We should not forget Robert Burnett's remarkable 22 hour survival in the Southern Cairngorms. All victims surely deserve the benefit of the doubt and rescuers throwing all resources at an attempt for a live recovery.
Burnett - 22 hours Buried.  Pic courtesy of Hamish MacInnes
A really good summary of this pretty miraculous survival on this web site 

I sell these reflectors for £25 each. If you have an Ortovox Transceiver then since 2018 one is already built into the beacon as a backup

As "off piste" and "Backcountry" skiing grows in popularity there is every reason to imagine that being more searchable can save lives. Nothing can replace education and prevention, or fast effective companion rescue with transceiver, shovel and probe, but as ski patrols and MR teams take up Recco and the reflectors can be bought and carried then the chance of getting found alive by organised rescue if on scene quickly increases. Recco reflectors may be particularly useful to mountaineers who do not generally carry an avalanche transceiver

I would recommend two reflectors to mountaineers, One front top and one back bottom in a pocket. Recco detection is here in Scotland and its great to see the take up by enlightened Scottish rescuers adopting alpine best practice. I have both the helmet and ski reflectors and very small ones to put in a pocket for sale at crankitupgear@aol.com

How does a Recco Reflector work?

  • Professional rescuers can quickly pinpoint a buried reflector-equipped person’s precise location using harmonic radar. Often quicker than a transceiver.
  • This two-part system consists of a RECCO R9 detector used by professional rescue groups, and RECCO reflectors that are attached to clothing, helmets, protection gear, and boots worn by skiers, mountaineers and riders and other outdoor users.

  • When used in conjunction with a RECCO Detector, the reflector's diode mixer acts as a harmonic generator to produce multiples of the frequencies received from the detectors.

  • The returned signal is translated into an audio tone whose volume is proportional to the returned signal, and by means of volume control, a trained rescue operator can literally go straight to the buried reflector once a signal is detected.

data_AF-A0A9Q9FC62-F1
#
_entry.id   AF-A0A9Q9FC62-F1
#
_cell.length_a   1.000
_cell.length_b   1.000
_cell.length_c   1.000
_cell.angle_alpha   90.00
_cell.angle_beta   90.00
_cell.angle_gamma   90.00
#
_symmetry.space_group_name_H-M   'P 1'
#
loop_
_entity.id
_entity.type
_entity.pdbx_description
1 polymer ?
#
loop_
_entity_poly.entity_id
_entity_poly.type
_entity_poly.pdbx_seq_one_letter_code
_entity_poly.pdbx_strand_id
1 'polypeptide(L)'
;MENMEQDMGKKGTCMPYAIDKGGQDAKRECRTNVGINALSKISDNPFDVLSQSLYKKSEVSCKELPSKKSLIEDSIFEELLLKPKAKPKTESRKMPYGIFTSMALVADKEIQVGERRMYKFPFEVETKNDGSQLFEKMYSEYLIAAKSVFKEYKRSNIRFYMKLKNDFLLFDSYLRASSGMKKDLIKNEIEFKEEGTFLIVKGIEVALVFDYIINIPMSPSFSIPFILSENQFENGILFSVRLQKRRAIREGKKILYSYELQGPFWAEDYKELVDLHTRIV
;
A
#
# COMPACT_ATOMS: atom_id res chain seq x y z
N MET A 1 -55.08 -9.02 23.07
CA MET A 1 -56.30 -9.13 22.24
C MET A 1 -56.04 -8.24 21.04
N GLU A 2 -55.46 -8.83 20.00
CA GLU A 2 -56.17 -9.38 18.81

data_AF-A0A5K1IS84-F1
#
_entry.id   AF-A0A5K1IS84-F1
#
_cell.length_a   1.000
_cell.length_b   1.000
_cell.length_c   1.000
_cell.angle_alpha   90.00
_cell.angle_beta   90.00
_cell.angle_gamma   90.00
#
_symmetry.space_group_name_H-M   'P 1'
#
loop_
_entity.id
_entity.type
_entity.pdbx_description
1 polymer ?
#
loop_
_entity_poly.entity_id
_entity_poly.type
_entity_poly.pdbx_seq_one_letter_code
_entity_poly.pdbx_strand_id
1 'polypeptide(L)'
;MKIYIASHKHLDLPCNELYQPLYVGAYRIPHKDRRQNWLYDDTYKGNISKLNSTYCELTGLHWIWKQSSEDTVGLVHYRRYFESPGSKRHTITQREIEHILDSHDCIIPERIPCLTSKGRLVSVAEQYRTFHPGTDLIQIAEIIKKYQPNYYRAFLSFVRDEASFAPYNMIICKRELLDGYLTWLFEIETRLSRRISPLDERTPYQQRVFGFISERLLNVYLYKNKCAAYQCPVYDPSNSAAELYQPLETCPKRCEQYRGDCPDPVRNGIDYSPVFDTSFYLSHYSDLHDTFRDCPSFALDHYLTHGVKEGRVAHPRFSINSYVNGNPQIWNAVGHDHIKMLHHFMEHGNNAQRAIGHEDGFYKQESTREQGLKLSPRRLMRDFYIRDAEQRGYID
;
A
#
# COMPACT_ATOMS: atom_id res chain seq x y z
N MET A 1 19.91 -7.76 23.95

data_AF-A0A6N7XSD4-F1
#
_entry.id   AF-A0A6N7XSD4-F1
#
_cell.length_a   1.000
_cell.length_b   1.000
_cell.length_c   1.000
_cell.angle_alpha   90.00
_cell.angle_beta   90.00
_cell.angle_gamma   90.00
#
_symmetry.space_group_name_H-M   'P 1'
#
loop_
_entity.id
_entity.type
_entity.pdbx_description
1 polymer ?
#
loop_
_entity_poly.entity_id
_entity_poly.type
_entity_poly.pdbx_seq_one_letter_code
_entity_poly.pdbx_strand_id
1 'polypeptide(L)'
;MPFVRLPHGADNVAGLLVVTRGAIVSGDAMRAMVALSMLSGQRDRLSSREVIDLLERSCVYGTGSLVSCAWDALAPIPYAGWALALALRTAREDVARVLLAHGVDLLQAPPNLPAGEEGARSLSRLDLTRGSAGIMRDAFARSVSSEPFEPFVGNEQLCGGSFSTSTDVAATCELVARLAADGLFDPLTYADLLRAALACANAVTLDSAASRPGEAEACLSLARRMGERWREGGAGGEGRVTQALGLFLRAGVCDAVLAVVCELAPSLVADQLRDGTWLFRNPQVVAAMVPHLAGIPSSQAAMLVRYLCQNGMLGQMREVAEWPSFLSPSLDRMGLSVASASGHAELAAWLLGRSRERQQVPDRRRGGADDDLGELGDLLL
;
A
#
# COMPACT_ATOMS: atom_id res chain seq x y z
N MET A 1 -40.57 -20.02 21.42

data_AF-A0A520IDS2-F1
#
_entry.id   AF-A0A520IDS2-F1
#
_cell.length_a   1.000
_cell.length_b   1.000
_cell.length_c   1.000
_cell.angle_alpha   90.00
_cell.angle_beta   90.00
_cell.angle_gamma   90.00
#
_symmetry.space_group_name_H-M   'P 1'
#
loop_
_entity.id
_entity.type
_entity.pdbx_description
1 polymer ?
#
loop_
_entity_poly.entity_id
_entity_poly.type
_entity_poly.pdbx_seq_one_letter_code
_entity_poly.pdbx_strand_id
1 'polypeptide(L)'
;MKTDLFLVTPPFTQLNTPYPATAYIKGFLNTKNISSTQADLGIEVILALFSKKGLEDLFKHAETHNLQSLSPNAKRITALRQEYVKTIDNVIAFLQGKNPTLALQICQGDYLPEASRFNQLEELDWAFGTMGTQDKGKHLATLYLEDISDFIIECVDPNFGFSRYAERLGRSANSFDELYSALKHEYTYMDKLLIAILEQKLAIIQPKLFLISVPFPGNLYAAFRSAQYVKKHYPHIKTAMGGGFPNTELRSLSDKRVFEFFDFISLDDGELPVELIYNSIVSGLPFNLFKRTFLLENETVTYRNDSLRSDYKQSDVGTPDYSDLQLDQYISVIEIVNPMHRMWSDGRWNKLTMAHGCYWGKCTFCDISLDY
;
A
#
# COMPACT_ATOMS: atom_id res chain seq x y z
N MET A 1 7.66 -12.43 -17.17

• It is a non-powered device meaning that it never needs to be switched on, will never lose signal strength and needs no batteries to function. It is maintenance free and has a virtually unlimited life.

  • In total more than 900+ search & rescue organizations in the world endorse it.

The Recco Rescue System is different from Avalanche Transceivers because its a small band-aid size sticky transponder which is not powered, the reflector can be applied to your boots or helmet, the Recco detector does not contain any antennas and cannot be picked up by an avalanche beacon, the Recco detector has a range of over 200 metres which professional mountain rescue teams can pick up in the case of an avalanche.

Due to it not being a passive device the reflector will not lose signal strength and no battery to malfunction. 

The hand held R9  Recco detector is the size and weight of a hard back book and easy for rescuers to get to the scene and to search with.

The underslung Recco SAR pod picture right. Searches 200x200m in a minute and the above Austrian crew had just recovered a victim found with it. Based at these sites:

  • Switzerland – Zermatt, Sion
  • Italy – Aosta, Bozen, Trento
  • Austria  – Hohenems, Innsbruck, Linz, Graz
  • Norway – Alesund, Hastad, 
  • Sweden – Ostersund 
  • Canada – Snohomish Helicopter Rescue Team, Snohomish, WA
  • United States – Alpine Helicopters, Canmore AB

Live recovery of a victim located by her Recco reflector
Glencoe Ski Patrol doing a precautionary combined 457mhz transceiver search and Recco harmonic search on the "Fly Paper". The R9 detector searches both, and at close range can find many other harmonic devices such as mobile phones.